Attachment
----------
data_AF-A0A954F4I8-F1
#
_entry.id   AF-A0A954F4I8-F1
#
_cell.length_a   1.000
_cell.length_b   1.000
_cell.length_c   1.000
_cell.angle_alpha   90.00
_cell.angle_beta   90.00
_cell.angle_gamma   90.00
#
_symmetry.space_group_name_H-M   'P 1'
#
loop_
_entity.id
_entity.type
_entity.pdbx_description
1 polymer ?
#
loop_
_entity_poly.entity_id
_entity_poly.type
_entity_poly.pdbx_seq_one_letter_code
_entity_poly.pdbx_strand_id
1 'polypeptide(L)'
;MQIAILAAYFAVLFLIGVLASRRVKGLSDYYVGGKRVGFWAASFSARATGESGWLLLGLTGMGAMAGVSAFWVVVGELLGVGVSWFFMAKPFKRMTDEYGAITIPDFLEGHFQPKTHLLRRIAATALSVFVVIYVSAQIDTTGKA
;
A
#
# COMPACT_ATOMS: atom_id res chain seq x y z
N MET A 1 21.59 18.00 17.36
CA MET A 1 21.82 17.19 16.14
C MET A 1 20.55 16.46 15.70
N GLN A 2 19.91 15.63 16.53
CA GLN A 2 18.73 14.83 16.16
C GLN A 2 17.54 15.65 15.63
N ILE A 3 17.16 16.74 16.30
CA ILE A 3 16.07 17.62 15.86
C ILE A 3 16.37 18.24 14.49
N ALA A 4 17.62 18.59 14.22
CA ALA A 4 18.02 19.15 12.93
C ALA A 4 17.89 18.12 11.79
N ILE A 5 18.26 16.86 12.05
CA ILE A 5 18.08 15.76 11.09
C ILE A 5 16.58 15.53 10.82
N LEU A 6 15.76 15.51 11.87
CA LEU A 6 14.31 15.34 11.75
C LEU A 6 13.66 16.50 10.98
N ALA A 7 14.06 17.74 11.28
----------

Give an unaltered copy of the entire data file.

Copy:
data_AF-A0A954F4I8-F1
#
_entry.id   AF-A0A954F4I8-F1
#
_cell.length_a   1.000
_cell.length_b   1.000
_cell.length_c   1.000
_cell.angle_alpha   90.00
_cell.angle_beta   90.00
_cell.angle_gamma   90.00
#
_symmetry.space_group_name_H-M   'P 1'
#
loop_
_entity.id
_entity.type
_entity.pdbx_description
1 polymer ?
#
loop_
_entity_poly.entity_id
_entity_poly.type
_entity_poly.pdbx_seq_one_letter_code
_entity_poly.pdbx_strand_id
1 'polypeptide(L)'
;MQIAILAAYFAVLFLIGVLASRRVKGLSDYYVGGKRVGFWAASFSARATGESGWLLLGLTGMGAMAGVSAFWVVVGELLGVGVSWFFMAKPFKRMTDEYGAITIPDFLEGHFQPKTHLLRRIAATALSVFVVIYVSAQIDTTGKA
;
A
#
# COMPACT_ATOMS: atom_id res chain seq x y z
N MET A 1 21.59 18.00 17.36
CA MET A 1 21.82 17.19 16.14
C MET A 1 20.55 16.46 15.70
N GLN A 2 19.91 15.63 16.53
CA GLN A 2 18.73 14.83 16.16
C GLN A 2 17.54 15.65 15.63
N ILE A 3 17.16 16.74 16.30
CA ILE A 3 16.07 17.62 15.86
C ILE A 3 16.37 18.24 14.49
N ALA A 4 17.62 18.59 14.22
CA ALA A 4 18.02 19.15 12.93
C ALA A 4 17.89 18.12 11.79
N ILE A 5 18.26 16.86 12.05
CA ILE A 5 18.08 15.76 11.09
C ILE A 5 16.58 15.53 10.82
N LEU A 6 15.76 15.51 11.87
CA LEU A 6 14.31 15.34 11.75
C LEU A 6 13.66 16.50 10.98
N ALA A 7 14.06 17.74 11.28